Meet the Faces: Brickey Nuchols
It’s a vital cog in the nonprofit wheel, yet it’s often the one part that folks don’t like to talk about: money. It can be an uncomfortable topic or doesn’t seem as exciting as celebrating a newly protected property…yet Brickey brings both a sense of ease and enthusiasm to fundraising.
Not that he’s competing for the longest title, but Brickey Nuchols is our Donor Engagement Coordinator & Resident Historian. He combines his love for both nature and history to help The Land Trust and its family of donors protect the places we call home.
Brickey Nuchols was born and raised in the foothills of the Smoky Mountains in Maryville, Tenn. He graduated from Maryville College and went on to earn his M.A. in Public History from Appalachian State University.
Brickey’s love for Tennessee kept him nearby as he developed his career in the nonprofit sector, including time with the Great Smoky Mountains Heritage Center, Community Food Advocates, and Alignment Nashville, before arriving at The Land Trust in 2017. He moved to Nashville five years ago, and while he misses the mountains of East Tennessee, he now considers Nashville home.
Q: Having started out in the public history realm, how did you find your way into conservation work?
A: After graduating with my master’s degree, I worked for a history museum in Townsend, Tenn. As part of a small staff, I wore a lot of different hats, from curator to fundraiser to event manager. As a student, I always saw myself in the back room of a museum, cataloging artifacts all day. However, my experience at the Great Smoky Mountains Heritage Center allowed me to quickly discover that I like interacting with people and fundraising for causes that resonate with me.
I wasn’t actively looking for a conservation career when I applied for a position with The Land Trust in early 2017 – but as a life-long Tennessean who loves my home state, being outdoors, and visiting historic places, The Land Trust marries several different interests of mine. It’s a perfect fit for me and my background.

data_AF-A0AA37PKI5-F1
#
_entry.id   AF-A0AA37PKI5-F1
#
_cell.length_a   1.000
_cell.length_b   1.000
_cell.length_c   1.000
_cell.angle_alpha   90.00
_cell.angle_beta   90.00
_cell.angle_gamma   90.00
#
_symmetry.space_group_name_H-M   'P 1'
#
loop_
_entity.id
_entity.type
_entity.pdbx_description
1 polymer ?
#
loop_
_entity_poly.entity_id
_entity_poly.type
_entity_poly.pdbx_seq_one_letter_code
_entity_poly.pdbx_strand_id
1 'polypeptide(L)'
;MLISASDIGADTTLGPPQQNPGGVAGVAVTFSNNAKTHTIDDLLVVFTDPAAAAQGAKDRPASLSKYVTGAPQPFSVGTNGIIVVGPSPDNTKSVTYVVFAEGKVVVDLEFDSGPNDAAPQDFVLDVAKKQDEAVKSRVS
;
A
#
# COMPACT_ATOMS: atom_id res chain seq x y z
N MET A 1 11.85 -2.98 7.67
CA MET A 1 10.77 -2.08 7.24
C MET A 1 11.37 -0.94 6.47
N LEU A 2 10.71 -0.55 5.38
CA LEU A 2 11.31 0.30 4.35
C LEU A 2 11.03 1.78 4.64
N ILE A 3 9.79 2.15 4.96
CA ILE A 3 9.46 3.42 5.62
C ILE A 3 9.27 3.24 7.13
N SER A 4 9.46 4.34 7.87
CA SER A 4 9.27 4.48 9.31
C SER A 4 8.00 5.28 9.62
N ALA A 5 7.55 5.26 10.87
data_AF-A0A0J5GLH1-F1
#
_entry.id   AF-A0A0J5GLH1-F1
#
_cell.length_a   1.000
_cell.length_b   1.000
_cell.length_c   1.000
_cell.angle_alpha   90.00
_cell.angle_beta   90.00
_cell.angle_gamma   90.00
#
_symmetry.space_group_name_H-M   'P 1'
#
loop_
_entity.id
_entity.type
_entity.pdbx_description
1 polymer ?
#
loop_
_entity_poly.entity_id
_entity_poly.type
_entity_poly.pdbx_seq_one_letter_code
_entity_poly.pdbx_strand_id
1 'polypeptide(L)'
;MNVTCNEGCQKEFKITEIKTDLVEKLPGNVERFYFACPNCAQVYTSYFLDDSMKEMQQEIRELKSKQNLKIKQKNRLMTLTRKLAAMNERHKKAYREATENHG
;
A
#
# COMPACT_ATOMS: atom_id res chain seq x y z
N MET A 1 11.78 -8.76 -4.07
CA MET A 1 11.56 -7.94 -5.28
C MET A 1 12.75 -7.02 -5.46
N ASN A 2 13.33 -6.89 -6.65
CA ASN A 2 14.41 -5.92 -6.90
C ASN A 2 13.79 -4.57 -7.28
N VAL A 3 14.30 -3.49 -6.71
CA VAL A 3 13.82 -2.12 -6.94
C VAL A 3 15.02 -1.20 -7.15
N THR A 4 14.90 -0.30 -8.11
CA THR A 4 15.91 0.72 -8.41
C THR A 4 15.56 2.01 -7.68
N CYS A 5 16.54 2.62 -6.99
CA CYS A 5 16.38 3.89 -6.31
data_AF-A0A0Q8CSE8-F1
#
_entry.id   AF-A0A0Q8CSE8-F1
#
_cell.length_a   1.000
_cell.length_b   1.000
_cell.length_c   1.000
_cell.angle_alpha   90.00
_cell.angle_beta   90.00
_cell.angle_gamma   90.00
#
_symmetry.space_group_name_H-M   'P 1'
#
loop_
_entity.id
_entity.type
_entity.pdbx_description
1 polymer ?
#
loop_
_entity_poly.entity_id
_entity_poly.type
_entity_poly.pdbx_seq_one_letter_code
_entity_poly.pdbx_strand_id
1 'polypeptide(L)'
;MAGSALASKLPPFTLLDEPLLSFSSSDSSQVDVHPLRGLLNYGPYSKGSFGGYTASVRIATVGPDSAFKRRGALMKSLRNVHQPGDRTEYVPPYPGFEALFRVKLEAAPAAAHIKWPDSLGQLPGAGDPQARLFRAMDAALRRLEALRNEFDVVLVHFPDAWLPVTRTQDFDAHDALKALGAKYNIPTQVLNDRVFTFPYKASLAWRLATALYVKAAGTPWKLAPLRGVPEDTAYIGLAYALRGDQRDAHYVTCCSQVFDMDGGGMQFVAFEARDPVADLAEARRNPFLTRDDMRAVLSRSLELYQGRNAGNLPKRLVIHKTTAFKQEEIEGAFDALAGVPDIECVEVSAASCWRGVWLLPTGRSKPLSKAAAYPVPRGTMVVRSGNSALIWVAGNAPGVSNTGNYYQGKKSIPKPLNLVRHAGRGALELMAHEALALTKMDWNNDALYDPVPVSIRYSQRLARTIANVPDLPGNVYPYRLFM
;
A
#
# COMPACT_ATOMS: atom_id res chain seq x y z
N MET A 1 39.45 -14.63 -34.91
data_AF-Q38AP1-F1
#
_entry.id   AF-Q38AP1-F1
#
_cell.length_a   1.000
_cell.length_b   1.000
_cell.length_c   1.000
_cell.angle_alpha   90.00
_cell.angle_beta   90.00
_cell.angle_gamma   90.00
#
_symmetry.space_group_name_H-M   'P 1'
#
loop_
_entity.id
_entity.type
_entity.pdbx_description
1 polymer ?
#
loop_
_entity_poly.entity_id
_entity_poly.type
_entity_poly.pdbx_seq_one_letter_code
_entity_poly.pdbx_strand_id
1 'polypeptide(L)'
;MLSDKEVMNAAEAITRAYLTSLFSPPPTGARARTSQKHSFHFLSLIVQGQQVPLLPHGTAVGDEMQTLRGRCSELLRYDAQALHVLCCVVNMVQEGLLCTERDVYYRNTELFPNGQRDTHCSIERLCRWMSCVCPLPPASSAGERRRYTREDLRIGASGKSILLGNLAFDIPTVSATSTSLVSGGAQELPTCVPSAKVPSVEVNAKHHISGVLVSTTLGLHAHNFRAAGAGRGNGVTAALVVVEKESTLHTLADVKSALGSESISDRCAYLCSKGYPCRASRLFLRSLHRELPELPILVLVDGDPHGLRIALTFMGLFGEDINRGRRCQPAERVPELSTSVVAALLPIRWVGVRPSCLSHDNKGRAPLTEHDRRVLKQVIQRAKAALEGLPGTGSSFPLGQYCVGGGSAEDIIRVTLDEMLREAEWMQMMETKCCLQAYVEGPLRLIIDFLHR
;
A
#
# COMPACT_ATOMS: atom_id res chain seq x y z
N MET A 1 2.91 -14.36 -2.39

Q: What is the most rewarding part of fundraising for you?
A: Even though I am a behind-the-scenes fundraiser and consider myself to be an introvert, I love meeting our supporters. I truly enjoy hearing other people’s stories and learning more about what inspires their involvement with The Land Trust.
Q: What is a part of your role in fundraising that others may not be aware of?
A: Much of what I do involves researching and analyzing information in a way that aligns with our various fundraising strategies. I think fundraising is a more methodical process than most people realize. It is a science that I am continuing to learn.
Q: Your role recently expanded to include being The Land Trust’s Resident Historian. What does the role involve?
A: I serve as the Resident Historian for both of The Land Trust’s owned properties: Glen Leven Farm in Nashville, and Conner Toll House in Signal Mountain. This involves educating visitors to these properties on their unique histories and, most importantly, how the permanent protection of these properties ties into the larger work of The Land Trust. I also serve as a point of contact for key historical partners and as a resource for current and potential future protected properties of historic significance.
Q: Where does your appreciation for the great outdoors come from?
A: I grew up in rural East Tennessee in a ‘holler’ where my ancestors settled nearly 200 years ago. My parents’ house backs up to a forest and has a creek running through the front yard, so it is hard to escape nature when you live in that setting. I also lived just a few minutes outside of the Great Smoky Mountains National Park, so we often made day trips to the park for picnics, swimming, or drives around Cades Cove.
I also credit my maternal grandparents for much of my appreciation of nature, as I spent nearly every weekend with them when I was a child. My grandfather owned a sawmill and constantly worked outdoors, and my grandmother was always outside working in the garden or tending to her flowers. They expected kids to go outside and play at their house, so I have happy memories of climbing trees and playing outdoors with my cousins.
I can honestly say that my appreciation for the great outdoors has been instilled in me since birth.
Q: What excites you the most about where The Land Trust is headed?
A: This is a tough question for me to answer because there are so many exciting things happening right now with The Land Trust. I think I am most excited about all of the events that will take place this year that will allow us to interact with our supporters and engage new audiences statewide. We have accomplished so much over the last 20 years, and I look forward to seeing where the next 20 years will take us.
Whether its fundraising, conservation projects, or community engagement, the people are what matter most. The Land Trust’s family of donors are part of our foundation, and Brickey helps to ensure they remain connected to our mission.
Your support fuels our commitment to protect conserved land for years to come. Please consider a gift to support conservation in both our communities and wild, open spaces across Tennessee.